Glycoxidation products also can initiate the pro-inflammatory NF-κB pathway, which enhances the expression of pro-inflammatory cytokines and chemokines, adhesion molecules, growth factors, and nitric oxide synthases (mainly iNOS).13 Our work showed a relationship between pro-inflammatory (IL1α, IL1β, IL6, TNFα) and anti-inflammatory cytokines (IL10) with oxidation and glycoxidation products. Levels of pro-inflammatory and anti-inflammatory cytokines were considerably higher in patients with colorectal cancer than in the control group, indicating the intensification of inflammatory processes in patients with cancer. Chronic inflammation caused by NF-κB activation can be one of the essential promoters of tumour development. Inflammation may influence cancer initiation and progression by vascularization and remodeling the tumour microenvironment, crucial in tumour cell survival.42 Inflammatory tissues also release cytokines that activate NF-κB, which induces LOX, COX2, and iNOS, leading to overproduction of ROS and RNS. ROS and RNS-mediated MAPK (mitogen-activated protein kinases) contribute to the production of inflammatory cytokines, including pro-inflammatory mediators like TNFα and IL6, IL1β, or TGFβ. It has been confirmed that the NFκB pathway, oxidative/nitrosative stress, and the JAK-STAT pathway cooperate and intensify each other in cancer progression. However, NF-κB plays a vital role in promoting cancer by inducing abnormal cellular proliferation, cell survival, cell cycle regulation, and the development of resistance to drug therapies.43 Interestingly, mice with loss of NF-κB function in colonic epithelial cells developed fewer colon tumours after AOM/DSS application and had higher epithelial cell apoptosis without decreasing inflammation. In contrast, mice that lost function of NF-κB function in myeloid cells developed fewer tumours and tumours of smaller size and had decreased expression of cytokines and chemokines, especially IL1, IL6, and TNFα that are responsible for inflammation.8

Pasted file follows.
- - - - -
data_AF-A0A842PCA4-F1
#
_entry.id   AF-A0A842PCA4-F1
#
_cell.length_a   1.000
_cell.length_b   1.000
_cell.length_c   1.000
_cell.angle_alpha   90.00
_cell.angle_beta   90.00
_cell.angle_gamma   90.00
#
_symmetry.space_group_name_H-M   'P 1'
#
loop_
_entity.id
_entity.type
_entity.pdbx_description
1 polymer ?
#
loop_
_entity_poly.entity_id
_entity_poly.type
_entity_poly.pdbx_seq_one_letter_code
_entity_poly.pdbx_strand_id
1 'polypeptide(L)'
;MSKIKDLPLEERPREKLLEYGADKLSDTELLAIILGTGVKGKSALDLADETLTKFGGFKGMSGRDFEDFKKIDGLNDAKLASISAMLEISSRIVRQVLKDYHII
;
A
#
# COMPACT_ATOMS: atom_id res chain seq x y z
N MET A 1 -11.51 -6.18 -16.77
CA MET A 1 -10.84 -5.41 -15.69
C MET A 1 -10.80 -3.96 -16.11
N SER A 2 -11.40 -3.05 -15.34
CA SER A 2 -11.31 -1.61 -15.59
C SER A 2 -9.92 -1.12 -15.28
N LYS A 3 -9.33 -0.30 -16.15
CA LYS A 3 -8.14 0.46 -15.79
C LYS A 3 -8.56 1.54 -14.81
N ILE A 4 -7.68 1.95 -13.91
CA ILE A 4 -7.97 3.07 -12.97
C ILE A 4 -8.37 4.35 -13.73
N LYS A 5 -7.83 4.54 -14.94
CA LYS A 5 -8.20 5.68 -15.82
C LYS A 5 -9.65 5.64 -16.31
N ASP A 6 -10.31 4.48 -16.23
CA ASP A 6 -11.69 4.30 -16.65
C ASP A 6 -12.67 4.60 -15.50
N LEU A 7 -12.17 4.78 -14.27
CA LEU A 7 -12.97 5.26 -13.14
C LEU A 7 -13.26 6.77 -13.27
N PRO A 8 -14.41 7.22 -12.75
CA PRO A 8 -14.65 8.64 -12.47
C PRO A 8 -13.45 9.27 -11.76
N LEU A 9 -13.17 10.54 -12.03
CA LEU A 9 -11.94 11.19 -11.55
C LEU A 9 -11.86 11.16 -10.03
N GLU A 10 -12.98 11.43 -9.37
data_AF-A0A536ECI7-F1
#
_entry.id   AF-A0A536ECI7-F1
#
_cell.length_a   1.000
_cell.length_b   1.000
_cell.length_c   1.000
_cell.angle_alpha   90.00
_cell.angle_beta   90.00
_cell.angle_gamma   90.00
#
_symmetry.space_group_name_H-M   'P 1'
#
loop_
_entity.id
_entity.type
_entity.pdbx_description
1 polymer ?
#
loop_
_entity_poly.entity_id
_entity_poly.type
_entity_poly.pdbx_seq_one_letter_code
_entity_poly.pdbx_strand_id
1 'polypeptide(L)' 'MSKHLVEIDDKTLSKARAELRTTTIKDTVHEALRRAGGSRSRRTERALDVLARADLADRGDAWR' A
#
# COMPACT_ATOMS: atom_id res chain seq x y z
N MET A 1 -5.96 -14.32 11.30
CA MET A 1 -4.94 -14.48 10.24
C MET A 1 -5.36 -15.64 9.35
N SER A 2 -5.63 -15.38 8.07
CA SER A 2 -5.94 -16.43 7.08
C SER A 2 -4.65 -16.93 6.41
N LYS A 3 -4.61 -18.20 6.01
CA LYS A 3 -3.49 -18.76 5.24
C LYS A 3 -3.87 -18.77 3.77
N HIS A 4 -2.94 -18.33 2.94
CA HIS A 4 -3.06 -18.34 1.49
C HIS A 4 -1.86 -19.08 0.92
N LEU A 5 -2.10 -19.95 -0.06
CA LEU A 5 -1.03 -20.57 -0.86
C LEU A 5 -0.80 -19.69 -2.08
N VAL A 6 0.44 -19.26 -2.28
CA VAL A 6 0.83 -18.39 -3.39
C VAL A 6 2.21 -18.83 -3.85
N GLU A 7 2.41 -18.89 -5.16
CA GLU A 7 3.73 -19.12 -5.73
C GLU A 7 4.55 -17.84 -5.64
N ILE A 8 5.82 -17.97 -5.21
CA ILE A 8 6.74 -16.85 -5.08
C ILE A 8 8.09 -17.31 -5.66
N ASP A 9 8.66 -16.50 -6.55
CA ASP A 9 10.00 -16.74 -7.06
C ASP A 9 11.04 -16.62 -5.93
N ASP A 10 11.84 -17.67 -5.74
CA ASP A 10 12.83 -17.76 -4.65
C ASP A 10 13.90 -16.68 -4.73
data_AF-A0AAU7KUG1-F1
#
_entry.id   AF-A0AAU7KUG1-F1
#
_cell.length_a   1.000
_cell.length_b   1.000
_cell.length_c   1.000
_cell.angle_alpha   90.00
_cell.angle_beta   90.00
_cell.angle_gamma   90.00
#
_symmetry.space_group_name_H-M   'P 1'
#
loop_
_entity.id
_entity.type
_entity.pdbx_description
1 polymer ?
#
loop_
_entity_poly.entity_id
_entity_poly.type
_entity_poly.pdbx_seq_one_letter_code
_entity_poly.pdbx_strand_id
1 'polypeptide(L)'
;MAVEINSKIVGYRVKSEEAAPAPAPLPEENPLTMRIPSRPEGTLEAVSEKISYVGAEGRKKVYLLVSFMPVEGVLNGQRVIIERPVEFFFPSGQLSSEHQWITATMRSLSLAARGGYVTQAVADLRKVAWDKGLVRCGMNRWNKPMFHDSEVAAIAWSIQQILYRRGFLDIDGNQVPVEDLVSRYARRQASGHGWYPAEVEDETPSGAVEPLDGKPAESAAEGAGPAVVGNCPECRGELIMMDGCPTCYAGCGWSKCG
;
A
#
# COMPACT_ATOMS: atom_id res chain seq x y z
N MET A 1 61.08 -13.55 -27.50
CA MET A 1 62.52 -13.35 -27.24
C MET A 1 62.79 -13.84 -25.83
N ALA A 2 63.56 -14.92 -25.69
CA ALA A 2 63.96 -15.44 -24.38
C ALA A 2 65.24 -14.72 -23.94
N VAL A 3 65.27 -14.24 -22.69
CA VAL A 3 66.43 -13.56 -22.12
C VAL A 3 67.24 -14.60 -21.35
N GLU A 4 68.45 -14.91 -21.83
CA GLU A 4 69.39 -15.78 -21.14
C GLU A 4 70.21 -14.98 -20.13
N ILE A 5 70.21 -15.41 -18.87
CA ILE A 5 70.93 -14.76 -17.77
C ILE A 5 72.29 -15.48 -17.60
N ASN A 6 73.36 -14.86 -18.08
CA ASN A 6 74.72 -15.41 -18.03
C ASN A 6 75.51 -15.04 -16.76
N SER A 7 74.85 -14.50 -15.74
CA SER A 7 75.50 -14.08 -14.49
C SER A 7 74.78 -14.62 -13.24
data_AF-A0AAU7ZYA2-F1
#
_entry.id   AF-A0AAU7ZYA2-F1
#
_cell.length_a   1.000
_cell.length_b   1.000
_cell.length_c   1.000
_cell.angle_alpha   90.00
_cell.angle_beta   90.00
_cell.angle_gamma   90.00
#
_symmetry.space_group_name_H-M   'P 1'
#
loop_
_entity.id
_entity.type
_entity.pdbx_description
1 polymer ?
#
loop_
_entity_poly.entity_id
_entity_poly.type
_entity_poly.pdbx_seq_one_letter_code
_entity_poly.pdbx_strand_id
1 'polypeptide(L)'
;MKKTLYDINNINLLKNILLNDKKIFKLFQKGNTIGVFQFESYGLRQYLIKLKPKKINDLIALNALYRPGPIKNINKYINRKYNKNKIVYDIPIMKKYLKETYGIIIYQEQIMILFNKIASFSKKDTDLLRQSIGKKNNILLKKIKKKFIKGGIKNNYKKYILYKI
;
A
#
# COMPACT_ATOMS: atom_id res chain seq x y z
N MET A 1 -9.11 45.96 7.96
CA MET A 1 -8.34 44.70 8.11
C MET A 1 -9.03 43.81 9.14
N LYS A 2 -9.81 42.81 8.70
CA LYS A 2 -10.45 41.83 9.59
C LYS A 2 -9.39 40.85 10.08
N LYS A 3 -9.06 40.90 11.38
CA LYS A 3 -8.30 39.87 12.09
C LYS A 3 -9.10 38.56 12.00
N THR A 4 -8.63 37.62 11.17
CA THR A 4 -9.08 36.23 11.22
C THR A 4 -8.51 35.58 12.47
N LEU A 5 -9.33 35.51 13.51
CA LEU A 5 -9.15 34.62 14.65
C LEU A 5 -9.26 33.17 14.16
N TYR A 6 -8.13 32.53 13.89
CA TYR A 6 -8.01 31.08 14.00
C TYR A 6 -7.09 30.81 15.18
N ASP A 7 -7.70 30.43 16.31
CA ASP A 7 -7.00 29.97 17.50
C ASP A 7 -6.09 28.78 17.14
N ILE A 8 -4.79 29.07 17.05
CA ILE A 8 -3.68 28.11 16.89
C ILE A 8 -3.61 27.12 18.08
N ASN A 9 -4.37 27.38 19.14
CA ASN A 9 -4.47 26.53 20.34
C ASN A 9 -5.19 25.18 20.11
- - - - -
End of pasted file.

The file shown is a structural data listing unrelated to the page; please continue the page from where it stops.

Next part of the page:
In conclusion, we have shown that protein and DNA oxidation and glycoxidation products, nitrosative stress markers, and cytokines are significantly increased in patients with CRC. Therefore, nitrosative stress, protein oxidation, and carbonyl stress may play a significant role in colorectal carcinogenesis. Oxidation and glycoxidation products were positively correlated with pro-inflammatory (IL1α, IL1β, IL6, TNFα) and anti-inflammatory cytokines (IL10), indicating that redox damages may promote inflammation in CRC patients. Many redox biomarkers differentiate CRC patients from healthy individuals with high sensitivity and specificity. Thus, our research is a primary step for further clinical trials focusing on the evaluating the diagnostic utility of redox biomarkers in a larger population of colorectal cancer patients. Evaluation of the association between the intensity of nitrosative stress and the survival rate of CRC patients also seems to be advisable.